If I had the chance to do it again I would do a couple things different, I would take along a voice recorder or a video camera and I would take pictures. Also I would give myself lots and lots of time so I could talk to many people (cause each one of them was probably almost 20 minutes give or take). 

All in all it was a creative, eye opening experience that stretched me as a person, a student, a future teacher, and as an artist and I value the time spent!


Group Project

So far I have really enjoyed the process of this group project. As you may have read the interviews have been very fun and insightful. I already knew that every person has a different definition of art. However, what I may have known before but didn't expect to find were that people had different comfort levels at answering this question. A handful of people stumbled through their answer often repeating themselves. I noticed that they were very eager for the interview to end. It could have been that they weren't comfortable answering what their definition of art was, because maybe they had never thought of it. Then while that thought occurs to them two or three sets of eager eyes are awaiting their response. That might put some pressure on people.

Right now we have some wonderful hand written responses to, "what is your definition of art," but on friday we will elaborate on that question a little further by asking our classmates and Mark to respond to the question VISUALLY. Bring your creative hats people! Time to express ourselves!

I am very much looking forward to class on Friday. I wonder if I'll see Jesus walking down the street carrying a cross again?

Interviews are Interesting.

Hi there,

As you may or may not have known, my team has been conducting interviews in various places to ask people their definition of art. I find their responses to be interesting, but the conversation that stems from that question is amazing. To me, I thought we would just walk up to people to ask them our questions, they would respond for maybe five minutes tops, and then we'd go on our merry way. To my surprise, people are very eager to talk about more than respond to our question.

Our first extensive interview was at the National Gallery. We interviewed a security gaurd and he went on about his response. That was fine because it is a pleasure to have an interview with some one who has a lot to say. However, this interview turned into him telling us about works of art in our immediate area that he found "inspiring" and also artists that he thought made an impact in a certain decade or art movement. I would say our conversation with him went on for about 20-25 minutes. As soon as I thought we were done, we thanked him and went our separate ways only to have him come after us again for a fact that he forgot to mention before. I thought that was pretty funny.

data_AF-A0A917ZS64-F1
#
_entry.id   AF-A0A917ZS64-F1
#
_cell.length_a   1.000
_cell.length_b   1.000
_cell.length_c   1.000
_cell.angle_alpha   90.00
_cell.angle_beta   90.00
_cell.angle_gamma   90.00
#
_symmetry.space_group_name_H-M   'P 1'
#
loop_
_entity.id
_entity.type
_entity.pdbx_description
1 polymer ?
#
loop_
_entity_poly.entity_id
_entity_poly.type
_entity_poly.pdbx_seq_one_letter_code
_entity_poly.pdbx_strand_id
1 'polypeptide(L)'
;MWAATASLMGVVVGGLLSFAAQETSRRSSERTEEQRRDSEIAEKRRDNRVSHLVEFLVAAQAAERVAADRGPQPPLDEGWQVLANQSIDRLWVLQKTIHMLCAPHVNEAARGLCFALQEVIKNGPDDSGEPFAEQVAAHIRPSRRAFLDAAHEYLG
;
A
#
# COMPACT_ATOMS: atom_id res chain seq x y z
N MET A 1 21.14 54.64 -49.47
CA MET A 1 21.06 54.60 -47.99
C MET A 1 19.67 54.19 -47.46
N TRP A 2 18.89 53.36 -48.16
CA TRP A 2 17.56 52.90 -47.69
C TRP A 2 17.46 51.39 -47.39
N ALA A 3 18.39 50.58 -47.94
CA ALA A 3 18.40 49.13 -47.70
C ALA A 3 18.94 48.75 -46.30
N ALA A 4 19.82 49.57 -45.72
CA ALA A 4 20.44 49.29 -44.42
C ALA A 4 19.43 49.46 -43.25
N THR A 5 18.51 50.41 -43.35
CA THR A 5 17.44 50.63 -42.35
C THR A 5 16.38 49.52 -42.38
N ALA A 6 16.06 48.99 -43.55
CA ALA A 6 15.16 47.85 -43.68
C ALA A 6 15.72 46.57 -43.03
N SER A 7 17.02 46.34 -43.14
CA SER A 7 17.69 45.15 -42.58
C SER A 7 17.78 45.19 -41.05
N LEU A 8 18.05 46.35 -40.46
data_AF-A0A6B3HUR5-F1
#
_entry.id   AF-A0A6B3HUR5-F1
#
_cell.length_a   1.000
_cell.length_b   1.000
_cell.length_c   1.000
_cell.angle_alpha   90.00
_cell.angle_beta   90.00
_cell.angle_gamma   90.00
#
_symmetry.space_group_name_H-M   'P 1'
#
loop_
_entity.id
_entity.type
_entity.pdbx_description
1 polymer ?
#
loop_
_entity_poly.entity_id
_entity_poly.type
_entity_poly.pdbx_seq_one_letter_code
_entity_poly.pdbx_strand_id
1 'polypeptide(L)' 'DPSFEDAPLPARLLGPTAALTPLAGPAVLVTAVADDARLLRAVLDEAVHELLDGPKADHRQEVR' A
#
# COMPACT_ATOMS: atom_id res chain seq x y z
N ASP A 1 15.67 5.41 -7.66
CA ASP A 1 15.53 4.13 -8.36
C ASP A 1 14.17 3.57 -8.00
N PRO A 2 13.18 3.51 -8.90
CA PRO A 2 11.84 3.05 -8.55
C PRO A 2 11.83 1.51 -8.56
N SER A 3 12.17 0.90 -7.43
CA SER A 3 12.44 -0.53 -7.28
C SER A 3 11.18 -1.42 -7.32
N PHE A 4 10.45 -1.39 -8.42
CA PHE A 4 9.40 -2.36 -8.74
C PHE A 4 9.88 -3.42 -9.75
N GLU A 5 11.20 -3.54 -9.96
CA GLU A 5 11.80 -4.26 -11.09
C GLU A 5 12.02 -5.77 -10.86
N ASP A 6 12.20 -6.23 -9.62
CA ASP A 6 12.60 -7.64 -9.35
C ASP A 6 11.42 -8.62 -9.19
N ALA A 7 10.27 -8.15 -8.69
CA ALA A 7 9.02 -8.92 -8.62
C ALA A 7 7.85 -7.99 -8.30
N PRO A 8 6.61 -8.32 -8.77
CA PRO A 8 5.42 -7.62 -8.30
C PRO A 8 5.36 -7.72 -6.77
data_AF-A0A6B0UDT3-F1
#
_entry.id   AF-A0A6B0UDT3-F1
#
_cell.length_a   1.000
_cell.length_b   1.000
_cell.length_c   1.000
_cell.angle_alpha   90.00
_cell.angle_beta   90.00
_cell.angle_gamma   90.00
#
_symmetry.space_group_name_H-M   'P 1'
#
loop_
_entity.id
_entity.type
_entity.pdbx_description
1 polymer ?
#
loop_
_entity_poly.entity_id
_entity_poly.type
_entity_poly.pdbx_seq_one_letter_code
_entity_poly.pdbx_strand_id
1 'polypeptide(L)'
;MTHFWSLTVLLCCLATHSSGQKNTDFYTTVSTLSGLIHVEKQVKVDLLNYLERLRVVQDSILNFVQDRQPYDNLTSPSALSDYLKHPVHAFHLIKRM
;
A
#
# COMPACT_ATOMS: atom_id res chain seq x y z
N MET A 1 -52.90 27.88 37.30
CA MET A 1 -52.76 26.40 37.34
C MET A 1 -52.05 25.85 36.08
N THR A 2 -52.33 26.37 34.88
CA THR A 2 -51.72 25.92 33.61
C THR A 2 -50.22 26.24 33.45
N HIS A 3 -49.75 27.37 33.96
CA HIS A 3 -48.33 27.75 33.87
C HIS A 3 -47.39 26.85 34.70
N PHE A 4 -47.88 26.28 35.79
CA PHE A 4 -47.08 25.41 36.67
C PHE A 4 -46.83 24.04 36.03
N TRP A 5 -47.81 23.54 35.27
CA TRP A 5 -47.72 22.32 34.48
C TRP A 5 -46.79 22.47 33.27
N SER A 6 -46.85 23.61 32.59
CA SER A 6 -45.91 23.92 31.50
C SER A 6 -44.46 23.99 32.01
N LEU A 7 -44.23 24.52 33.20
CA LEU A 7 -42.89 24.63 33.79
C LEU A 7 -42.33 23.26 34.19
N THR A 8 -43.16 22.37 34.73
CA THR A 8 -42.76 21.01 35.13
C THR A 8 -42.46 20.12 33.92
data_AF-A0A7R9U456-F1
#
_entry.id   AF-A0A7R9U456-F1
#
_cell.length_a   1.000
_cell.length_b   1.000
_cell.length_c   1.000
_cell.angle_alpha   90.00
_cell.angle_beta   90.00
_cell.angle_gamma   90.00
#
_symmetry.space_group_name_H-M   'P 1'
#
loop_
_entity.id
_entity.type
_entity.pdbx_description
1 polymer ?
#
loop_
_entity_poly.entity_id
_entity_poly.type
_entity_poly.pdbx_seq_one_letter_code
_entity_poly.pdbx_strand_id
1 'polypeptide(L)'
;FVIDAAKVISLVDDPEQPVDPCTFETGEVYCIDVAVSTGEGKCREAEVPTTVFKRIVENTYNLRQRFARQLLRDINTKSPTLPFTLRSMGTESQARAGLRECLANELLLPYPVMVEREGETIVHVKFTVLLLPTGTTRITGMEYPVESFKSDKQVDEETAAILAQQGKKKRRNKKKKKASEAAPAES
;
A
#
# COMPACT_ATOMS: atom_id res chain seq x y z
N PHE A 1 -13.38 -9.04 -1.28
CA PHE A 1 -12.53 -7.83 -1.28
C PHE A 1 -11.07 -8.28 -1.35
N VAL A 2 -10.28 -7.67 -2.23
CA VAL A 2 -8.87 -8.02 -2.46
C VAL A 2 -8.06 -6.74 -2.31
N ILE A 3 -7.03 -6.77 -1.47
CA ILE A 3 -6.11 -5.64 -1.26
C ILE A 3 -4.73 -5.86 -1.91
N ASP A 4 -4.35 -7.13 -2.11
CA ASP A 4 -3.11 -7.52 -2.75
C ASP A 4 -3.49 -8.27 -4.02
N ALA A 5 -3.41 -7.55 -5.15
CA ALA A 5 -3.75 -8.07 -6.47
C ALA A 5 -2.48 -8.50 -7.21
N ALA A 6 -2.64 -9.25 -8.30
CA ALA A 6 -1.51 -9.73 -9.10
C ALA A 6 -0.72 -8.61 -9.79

We did about five interviews at the National Gallery. The next set of interviews we conducted were right by the Corcoran. We stopped in front of the Renwick and interviewed two seperate people. The first interview Farolyn has already blogged about--the two women sitting on a bench. I was really surprised by the "fiesty woman's" personality. She was so outgoing and telling us--complete strangers--all about her life and poetry. She even got pretty smart with us and bossed me around at one point! She told me to stand in front of her (I was standing off to the side. My feet were starting to swell and I was getting tired. lol.) We spent another 20 minutes with these women and they made me laugh. I could tell that they had been friends for quite some time cause all they did was laugh with each other. They were very comfortable with each other.

The last interview that took me by surprise was an older gentleman who was sitting on a bench across the street from the Renwick. We asked him our standard question and after he responded he went on to tell us about his day...how he lost his wallet, and more information on his background. He asked us information about us and even wanted to see images of Farolyn's work. I believe we spoke with him for about 20-25 minutes.

Morale of the story, I am surprised at how much people are willing to talk. I watch people standing on the corner of streets trying to get people's signatures/money for various organizations and people just ignore them on the street. I thought our interview process would be just as painful, that we would be struggling to get people to talk to us. Infact, it was hard to get people to STOP talking to us. haha. Who knew that art could be such a great starting point to conversations? Or maybe people will just talk when three lovely girls are listening. :)